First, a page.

Chinese artist trumps art auction sales in 2016
2017-06-15 09:59:00
 

The Chinese painter Zhang Daqian earned more money than any other artist at auction in 2016, with his traditional Chinese paintings generating almost 355 million US dollars, 31 million more than artworks by Picasso, according to French database Artprice, the world’s biggest database for art prices and sales.

“Some people regard it as a milestone because rarely do we see Chinese artists come to the top 10 or top 20. It’s also noteworthy that unlike the mature markets in the US and UK, the market in China is quite fragmented and statistics collected are less reliable as it takes time to get payments settled,” said Paul Dong, co-founder of EVER-infinity Asia Limited, and Lecturer on art investment at Tsinghua University School of Economics and Management, during an interview on “The Point with Liu Xin” on CGTN.

He added “this is not like buyers competing to win gold medals in the Olympics. While some wealthy Chinese people are buying western artworks, it is not happening vice versa. Westerners are trying to understand Chinese artworks, but they are not ready to compete with Chinese bidders.”

However, Katharine Burnett, Associate Professor of Chinese Art and Culture at the University of California, said Chinese artworks have become more popular in the last two to three decades.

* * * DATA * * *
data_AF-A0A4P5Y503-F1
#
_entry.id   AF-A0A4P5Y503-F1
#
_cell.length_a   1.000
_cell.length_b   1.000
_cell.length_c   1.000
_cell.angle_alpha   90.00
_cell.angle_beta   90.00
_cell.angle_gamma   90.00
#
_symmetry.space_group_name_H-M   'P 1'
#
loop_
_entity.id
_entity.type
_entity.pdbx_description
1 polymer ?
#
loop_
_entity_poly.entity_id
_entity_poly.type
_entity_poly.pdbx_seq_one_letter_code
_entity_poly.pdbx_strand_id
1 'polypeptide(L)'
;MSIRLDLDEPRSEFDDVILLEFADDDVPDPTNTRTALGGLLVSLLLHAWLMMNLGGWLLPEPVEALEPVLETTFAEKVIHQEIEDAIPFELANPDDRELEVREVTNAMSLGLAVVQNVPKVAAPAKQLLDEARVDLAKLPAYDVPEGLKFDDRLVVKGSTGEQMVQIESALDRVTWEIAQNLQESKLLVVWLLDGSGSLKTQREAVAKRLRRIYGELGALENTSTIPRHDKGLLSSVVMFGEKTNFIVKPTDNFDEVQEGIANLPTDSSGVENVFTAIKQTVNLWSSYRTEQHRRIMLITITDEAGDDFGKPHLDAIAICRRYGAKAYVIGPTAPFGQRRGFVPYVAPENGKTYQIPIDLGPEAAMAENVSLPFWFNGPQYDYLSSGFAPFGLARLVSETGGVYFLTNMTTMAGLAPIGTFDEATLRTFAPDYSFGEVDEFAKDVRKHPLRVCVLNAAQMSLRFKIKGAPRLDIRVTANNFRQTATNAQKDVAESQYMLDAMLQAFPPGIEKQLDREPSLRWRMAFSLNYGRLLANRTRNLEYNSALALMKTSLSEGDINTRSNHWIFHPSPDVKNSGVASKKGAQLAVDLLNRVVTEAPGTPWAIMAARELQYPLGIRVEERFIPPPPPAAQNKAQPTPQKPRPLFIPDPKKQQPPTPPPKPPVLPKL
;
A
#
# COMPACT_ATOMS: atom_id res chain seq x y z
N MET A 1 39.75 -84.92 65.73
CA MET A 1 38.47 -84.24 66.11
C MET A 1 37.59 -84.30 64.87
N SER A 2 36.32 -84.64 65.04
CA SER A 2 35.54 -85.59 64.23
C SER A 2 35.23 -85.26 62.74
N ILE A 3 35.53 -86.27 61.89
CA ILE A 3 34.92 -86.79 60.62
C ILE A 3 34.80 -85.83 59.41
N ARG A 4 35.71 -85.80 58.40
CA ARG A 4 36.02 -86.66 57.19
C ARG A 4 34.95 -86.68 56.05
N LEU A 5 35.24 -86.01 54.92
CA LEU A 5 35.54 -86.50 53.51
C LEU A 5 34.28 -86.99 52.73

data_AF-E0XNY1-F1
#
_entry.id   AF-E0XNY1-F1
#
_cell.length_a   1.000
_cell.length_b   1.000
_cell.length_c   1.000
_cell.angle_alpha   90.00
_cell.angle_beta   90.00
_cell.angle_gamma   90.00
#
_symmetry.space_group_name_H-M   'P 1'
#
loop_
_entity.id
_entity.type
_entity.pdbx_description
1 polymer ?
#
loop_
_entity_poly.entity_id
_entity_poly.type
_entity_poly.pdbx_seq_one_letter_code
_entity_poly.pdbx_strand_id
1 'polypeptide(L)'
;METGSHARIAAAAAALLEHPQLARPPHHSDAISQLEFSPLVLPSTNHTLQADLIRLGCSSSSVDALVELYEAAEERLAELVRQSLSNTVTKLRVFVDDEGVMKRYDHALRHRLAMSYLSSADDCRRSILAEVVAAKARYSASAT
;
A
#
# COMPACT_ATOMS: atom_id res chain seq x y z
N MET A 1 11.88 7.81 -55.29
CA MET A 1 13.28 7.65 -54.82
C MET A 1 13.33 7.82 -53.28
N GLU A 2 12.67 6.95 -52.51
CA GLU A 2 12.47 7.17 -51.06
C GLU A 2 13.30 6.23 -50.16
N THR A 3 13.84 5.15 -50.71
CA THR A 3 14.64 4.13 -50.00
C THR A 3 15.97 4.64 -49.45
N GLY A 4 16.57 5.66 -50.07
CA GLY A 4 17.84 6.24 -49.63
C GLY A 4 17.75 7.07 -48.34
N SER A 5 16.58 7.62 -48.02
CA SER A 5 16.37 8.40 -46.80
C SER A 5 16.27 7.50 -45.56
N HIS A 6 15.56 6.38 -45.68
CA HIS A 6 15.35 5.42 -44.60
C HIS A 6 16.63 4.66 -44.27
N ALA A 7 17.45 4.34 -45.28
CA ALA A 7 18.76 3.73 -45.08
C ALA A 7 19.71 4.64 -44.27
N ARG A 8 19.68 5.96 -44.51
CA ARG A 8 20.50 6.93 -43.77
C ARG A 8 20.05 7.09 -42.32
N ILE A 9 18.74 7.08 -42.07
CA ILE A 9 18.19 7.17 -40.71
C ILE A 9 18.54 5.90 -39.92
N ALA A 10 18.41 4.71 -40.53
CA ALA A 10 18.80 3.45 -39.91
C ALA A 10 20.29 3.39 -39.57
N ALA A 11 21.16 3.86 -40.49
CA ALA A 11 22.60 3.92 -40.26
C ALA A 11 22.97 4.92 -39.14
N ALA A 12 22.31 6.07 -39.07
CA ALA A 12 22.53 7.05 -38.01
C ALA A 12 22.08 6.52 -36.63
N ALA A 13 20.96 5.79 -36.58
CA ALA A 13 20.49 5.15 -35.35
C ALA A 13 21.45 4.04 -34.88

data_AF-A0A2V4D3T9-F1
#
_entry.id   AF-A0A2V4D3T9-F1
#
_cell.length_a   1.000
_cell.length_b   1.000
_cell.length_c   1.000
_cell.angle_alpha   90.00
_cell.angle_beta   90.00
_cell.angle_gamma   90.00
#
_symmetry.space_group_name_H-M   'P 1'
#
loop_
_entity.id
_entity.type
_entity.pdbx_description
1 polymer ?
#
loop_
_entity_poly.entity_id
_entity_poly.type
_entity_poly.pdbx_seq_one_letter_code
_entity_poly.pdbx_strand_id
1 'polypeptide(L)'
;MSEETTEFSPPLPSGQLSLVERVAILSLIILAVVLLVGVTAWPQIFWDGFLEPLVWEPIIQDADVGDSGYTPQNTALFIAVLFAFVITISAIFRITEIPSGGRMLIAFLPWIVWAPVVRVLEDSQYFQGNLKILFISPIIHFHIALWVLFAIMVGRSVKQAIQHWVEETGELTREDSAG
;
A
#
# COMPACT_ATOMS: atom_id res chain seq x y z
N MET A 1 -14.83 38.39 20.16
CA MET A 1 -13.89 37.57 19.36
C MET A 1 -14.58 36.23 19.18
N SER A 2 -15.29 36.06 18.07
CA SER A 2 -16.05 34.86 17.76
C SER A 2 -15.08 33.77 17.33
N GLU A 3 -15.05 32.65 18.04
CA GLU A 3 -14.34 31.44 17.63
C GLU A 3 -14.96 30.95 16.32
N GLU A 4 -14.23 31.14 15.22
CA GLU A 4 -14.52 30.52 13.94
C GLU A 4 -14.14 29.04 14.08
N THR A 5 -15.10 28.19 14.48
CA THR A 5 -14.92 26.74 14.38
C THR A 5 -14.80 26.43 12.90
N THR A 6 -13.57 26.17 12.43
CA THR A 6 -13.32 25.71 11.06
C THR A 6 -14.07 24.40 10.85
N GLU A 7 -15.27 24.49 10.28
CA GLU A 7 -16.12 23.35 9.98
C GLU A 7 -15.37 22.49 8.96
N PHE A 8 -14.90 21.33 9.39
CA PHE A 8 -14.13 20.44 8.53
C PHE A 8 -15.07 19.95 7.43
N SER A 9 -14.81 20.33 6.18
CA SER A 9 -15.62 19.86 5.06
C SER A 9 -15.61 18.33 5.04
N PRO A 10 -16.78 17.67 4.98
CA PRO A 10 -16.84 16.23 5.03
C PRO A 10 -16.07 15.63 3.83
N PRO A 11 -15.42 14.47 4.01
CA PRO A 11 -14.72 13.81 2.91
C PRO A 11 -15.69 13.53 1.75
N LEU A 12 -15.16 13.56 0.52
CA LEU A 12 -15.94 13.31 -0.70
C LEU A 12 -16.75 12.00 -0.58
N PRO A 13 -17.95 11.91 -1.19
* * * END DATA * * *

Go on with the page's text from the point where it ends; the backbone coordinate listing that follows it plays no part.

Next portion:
Museums where Chinese artworks are exhibited are located across the US, and both Chinese heritage students and non-Chinese are equally fascinated by Chinese art at university.

“It’s not only the beauty of the work, but more importantly the philosophical and intellectual content that drive them to produce the works and exhibit the content that explores important aspects in the contemporary life of the artist.”

Jason Kuo, a Professor of Chinese Art History and Archaeology at the University of Maryland, said Americans have been collecting Chinese artworks for over a century.

He said the value of artworks is not inherently in the art per se, but is linked to cultural and political factors. As Chinese nationals are becoming more confident and Chinese culture more prominent in the world, there is great potential for Chinese art to be accepted outside China.

For presenter Liu Xin, the international art market has for a long time been pretty much a Western-centric experience.Chinese investors have had to learn to appreciate western style paintings in order to catch the trend.

Now the Chinese art market is thriving, as more and more Chinese are actively buying and selling art, and more Chinese masterpieces change hands.

Source:CGTN Editor:Hiram